And the first step to healing, I believe, is naming the reality.

This is trauma.

We are traumatised.

The worst days may still lie ahead.

This isn’t how life should be. This isn’t how I expected it to be.

But this is my reality.

There. I named it.


Prayer as naming reality

So if prayer doesn’t have to be recited rhymes or tick lists or great long lines of archaic language, then what is it?

I think the most effective prayer you can pray right now is to name your reality.

“God, this is terrible.”

You see, prayer is never about getting our own way. It’s not about demanding or pleading or begging for the best-case scenario to be the one that comes true. It’s not even about asking for second best, for anything except the worst.

Sometimes the worst happens anyway. Where is God then?

Prayer is many things, but it is not a magic wand.

And the first step in prayer is to name what is happening.

Sounds easy, right?

But to name something we have to notice it.

And we’re not so good at noticing. I was swept along for weeks with home schooling and supporting students and caring for a parish and conducting funerals and planning for a ‘new normal’, that I hardly noticed what was happening around me.

To notice something, we have to stop and look. “Listen with your eyes”, says the old rainbow song.

So, the first steps into prayer are:

Stop
Rest, relax, clear your mind for a moment. Seriously, just take a cup of tea and sit quietly for 5 minutes and breathe.

Look
Listen to yourself, to what you have absorbed, to your 6 senses, to memories and fears and hopes and worries and the noise around you.

Notice
What has passed you by before this moment?

Name
Say it. How do you feel? What is bothering you? What is eating you up? Say it.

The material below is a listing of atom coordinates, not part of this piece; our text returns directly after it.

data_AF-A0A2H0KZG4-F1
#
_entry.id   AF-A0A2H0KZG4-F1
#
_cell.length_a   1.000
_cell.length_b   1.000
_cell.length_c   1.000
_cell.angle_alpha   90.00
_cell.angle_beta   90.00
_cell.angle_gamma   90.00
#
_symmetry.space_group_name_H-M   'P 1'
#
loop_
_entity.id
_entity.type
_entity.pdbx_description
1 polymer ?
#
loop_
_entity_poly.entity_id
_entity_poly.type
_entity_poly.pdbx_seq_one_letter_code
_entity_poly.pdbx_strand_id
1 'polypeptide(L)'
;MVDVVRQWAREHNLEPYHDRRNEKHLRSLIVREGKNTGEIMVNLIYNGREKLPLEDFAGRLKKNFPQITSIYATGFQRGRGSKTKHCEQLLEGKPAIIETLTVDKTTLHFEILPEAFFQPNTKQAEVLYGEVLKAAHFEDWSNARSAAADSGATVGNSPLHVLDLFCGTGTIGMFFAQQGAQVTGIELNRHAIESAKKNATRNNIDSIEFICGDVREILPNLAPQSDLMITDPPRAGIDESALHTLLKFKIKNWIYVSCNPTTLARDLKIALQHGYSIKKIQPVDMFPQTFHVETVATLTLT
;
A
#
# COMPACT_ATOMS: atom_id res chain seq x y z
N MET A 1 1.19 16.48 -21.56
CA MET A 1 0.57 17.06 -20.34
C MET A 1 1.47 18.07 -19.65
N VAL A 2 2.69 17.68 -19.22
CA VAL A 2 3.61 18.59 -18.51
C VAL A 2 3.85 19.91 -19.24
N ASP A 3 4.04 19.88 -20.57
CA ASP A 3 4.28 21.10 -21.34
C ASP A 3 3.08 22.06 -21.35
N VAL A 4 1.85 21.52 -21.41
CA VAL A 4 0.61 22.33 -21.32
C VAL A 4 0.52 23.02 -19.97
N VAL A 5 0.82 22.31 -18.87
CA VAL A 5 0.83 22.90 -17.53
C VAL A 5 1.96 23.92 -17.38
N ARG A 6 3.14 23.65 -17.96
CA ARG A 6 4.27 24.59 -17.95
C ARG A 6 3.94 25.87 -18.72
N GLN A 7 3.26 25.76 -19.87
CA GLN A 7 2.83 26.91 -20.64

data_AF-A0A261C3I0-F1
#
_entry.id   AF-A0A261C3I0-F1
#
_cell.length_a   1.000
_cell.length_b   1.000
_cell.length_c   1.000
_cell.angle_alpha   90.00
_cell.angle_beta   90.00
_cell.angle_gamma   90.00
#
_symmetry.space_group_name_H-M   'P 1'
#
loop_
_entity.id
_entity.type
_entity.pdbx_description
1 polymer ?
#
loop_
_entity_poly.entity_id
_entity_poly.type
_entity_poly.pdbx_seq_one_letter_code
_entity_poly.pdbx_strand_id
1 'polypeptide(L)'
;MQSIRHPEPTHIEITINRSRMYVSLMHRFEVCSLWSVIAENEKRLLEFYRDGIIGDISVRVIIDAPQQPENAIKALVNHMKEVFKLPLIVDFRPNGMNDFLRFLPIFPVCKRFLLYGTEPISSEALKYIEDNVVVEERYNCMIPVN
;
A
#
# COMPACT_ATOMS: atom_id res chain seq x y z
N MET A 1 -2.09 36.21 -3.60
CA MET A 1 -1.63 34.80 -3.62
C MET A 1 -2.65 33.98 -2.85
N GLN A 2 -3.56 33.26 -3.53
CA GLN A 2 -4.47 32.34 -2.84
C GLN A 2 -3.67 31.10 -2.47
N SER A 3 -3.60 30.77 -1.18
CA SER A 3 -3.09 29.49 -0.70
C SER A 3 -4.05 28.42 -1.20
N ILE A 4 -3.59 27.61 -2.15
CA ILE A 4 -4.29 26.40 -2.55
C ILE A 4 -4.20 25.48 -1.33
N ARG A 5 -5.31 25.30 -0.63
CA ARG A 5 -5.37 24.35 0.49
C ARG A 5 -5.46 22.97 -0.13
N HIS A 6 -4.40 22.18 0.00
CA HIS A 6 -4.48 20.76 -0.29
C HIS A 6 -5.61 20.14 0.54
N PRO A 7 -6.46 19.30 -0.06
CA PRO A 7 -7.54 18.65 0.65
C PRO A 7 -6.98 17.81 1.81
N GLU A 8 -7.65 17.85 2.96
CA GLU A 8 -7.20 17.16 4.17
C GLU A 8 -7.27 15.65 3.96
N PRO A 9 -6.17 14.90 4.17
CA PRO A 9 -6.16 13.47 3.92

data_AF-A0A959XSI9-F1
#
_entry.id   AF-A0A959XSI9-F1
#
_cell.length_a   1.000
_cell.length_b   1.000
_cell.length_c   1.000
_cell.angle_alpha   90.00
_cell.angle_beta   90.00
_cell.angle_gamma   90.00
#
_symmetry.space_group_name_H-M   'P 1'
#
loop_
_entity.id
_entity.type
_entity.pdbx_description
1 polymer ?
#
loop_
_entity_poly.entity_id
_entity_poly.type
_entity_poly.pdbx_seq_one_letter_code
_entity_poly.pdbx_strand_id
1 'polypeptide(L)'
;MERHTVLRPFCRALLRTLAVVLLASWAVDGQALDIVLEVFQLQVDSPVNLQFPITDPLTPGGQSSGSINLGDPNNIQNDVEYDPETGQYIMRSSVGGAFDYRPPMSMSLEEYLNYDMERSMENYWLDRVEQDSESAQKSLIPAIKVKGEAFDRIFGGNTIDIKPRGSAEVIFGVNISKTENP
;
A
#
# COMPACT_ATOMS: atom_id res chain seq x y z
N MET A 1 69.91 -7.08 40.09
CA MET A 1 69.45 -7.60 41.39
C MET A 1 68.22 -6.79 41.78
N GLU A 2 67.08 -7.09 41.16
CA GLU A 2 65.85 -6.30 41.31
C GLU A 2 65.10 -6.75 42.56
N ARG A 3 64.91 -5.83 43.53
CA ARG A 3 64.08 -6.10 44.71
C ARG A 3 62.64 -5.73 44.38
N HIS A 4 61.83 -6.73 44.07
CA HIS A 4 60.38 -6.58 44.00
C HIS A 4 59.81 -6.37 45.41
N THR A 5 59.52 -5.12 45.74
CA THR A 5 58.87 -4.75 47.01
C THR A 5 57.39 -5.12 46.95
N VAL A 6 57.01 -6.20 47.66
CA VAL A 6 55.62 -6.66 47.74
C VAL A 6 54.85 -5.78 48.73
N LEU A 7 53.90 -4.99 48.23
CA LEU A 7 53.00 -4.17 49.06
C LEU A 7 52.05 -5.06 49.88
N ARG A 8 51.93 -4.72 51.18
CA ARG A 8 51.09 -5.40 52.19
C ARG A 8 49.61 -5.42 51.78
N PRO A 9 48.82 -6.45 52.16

You just prayed.


Prayer as deepening awareness

Prayer isn’t necessarily about ploughing through words.

Prayer is about noticing. How often do we stop like that, and notice our feelings, our reactions, our desires? Prayer is meditation. It draws us deeper into ourselves, and it simultaneously draws us out beyond ourselves, to something bigger and greater than our own inwardness.

What is going on inside me?
What is going on beyond me?

How much time do we give to those questions in the rush of life?

To ask these questions is to begin to pray.


Prayer as connection

Nope, still few words.

As we become aware, of ourselves, of others, what desires and yearnings begin to surface?

What deep unfillable holes within ourselves do we try to fill with food and people and Netflix and spending – only to find they fall through like sand and leave us unfilled, unsatisfied, empty?

To pray is to find deeper connection and deeper meaning. We are terribly disconnected. The Western world prioritises the individual to a point where we rarely ask what impact our actions have on anything and anyone.

As we stop, and become aware, what deeper connections begin to form? What peace fills us? What yearnings begin to be met in ways that don’t immediately slip away again?

In this way, prayer begins to join us to something bigger. A movement beyond ourselves and our own time. An awareness of life beyond ourselves: our own smallness and at the same time our amazing capacity to bring huge change, increased connection, and peace-filled justice.


Prayer as letting go

And still few words in this prayer.

As we name reality, and deepen awareness, and build connection, so it becomes easier to let go in prayer. Suddenly, prayer isn’t about what I want. It’s not about changing God’s mind or grovelling and begging to some distant, miserly deity.

Pray isn’t something that changes God. Prayer is something that changes me.

As I grow into prayer, I let go of my need to control life, to control others, to control God.

Instead, prayer becomes something that is honestly me, and honestly God. It is about noticing, resting, connecting, and letting go – and through this becoming more authentically myself.